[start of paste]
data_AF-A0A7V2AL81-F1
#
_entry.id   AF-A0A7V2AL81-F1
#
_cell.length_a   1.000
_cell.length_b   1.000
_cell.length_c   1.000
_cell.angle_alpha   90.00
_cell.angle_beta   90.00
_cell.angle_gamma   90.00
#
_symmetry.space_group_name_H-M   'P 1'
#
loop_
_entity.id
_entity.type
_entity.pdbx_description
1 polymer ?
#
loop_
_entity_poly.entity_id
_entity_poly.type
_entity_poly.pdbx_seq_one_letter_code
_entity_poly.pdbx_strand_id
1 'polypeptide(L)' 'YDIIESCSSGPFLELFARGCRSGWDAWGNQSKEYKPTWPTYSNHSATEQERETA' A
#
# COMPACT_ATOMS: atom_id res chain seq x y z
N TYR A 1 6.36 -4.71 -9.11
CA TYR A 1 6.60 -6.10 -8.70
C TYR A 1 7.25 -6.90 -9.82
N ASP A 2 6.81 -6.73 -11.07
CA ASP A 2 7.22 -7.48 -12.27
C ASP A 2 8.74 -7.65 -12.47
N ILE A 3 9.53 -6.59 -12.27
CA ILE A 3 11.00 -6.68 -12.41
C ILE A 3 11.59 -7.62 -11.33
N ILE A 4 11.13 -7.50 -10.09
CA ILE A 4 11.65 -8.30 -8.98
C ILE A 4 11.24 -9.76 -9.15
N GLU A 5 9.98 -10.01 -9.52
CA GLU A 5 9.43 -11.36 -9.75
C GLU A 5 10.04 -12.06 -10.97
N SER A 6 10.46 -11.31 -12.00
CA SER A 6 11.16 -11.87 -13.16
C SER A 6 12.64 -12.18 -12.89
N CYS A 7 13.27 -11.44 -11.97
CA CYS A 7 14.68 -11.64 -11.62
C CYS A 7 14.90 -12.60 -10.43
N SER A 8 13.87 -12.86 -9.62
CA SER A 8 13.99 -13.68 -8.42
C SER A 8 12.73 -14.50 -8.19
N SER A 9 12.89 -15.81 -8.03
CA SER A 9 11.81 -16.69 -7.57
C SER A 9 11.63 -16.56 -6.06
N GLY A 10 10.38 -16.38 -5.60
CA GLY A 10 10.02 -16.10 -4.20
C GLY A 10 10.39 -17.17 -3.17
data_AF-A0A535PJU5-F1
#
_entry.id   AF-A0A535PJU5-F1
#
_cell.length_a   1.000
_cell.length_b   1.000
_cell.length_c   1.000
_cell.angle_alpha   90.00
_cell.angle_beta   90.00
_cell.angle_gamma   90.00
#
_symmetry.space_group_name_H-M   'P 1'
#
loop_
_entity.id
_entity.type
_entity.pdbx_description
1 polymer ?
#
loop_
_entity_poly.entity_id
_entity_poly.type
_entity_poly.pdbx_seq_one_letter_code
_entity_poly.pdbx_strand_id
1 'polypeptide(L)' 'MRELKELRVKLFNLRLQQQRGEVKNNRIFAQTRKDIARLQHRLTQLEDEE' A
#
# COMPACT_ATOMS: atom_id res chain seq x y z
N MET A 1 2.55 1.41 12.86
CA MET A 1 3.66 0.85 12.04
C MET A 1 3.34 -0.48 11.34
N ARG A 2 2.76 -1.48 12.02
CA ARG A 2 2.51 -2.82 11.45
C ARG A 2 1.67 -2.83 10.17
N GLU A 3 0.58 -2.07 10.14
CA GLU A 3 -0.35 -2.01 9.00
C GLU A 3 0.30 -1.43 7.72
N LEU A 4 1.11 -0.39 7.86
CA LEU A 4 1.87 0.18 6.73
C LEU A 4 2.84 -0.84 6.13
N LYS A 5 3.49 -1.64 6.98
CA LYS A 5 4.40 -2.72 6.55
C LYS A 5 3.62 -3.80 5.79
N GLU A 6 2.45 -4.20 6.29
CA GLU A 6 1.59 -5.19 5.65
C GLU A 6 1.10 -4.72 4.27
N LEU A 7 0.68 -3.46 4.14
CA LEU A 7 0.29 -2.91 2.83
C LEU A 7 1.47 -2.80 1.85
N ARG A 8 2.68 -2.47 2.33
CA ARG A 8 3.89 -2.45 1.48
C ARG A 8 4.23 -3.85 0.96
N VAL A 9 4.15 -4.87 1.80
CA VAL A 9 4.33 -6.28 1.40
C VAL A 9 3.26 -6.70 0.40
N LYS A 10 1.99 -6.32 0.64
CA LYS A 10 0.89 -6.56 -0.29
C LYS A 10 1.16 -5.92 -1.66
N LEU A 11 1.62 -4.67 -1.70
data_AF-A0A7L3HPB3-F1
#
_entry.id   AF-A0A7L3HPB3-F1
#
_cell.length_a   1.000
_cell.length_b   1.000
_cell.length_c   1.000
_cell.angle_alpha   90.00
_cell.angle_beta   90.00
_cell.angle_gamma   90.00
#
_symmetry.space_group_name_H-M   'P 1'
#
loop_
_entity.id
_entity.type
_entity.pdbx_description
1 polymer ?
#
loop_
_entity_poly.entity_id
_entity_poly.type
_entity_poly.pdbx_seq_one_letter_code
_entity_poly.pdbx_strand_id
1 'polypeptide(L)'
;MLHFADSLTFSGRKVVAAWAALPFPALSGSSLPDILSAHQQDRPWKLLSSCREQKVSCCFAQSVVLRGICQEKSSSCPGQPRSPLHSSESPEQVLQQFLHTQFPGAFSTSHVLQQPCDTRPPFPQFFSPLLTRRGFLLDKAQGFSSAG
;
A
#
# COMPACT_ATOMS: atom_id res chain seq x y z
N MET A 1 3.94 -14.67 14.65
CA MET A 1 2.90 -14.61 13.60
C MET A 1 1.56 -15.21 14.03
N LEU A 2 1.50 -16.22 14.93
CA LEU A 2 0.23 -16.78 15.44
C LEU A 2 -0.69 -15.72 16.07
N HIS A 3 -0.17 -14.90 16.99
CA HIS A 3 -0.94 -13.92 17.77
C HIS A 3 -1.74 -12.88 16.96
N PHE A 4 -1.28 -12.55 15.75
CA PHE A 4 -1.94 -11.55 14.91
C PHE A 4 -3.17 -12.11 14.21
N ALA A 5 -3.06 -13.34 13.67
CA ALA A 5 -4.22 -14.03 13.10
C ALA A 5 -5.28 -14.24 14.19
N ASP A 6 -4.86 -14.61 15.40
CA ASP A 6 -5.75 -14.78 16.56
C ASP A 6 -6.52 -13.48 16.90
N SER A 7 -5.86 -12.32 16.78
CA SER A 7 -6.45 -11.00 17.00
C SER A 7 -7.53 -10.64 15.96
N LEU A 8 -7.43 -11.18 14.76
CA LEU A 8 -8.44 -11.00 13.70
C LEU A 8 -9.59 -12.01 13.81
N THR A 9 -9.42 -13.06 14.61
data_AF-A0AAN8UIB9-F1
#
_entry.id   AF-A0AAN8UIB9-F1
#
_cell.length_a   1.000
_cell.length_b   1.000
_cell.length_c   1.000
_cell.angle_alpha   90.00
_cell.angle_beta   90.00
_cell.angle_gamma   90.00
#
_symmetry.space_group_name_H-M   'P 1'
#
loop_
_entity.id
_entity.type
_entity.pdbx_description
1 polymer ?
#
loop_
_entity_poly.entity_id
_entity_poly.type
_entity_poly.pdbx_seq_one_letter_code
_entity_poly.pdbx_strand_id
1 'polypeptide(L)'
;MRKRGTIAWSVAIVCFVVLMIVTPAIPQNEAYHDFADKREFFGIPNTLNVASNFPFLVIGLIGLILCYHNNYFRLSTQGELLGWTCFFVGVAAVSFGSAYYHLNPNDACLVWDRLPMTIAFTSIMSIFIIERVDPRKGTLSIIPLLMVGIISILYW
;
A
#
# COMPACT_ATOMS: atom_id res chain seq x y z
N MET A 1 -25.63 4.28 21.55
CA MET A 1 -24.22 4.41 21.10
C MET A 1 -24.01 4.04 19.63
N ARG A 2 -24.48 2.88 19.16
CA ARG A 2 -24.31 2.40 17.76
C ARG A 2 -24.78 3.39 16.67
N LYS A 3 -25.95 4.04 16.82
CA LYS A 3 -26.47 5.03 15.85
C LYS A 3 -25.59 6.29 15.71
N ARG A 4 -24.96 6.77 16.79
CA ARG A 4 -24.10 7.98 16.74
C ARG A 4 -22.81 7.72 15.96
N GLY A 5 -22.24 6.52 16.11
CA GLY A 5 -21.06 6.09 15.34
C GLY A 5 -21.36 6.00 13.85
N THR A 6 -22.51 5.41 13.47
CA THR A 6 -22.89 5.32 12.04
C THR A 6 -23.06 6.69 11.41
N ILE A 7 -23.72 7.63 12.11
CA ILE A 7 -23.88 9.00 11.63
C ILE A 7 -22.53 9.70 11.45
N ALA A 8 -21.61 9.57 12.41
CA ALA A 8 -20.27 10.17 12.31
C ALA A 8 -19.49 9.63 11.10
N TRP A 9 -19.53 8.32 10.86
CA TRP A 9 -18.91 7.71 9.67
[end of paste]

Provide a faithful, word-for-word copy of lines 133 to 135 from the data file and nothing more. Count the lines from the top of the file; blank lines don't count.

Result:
1 polymer ?
#
loop_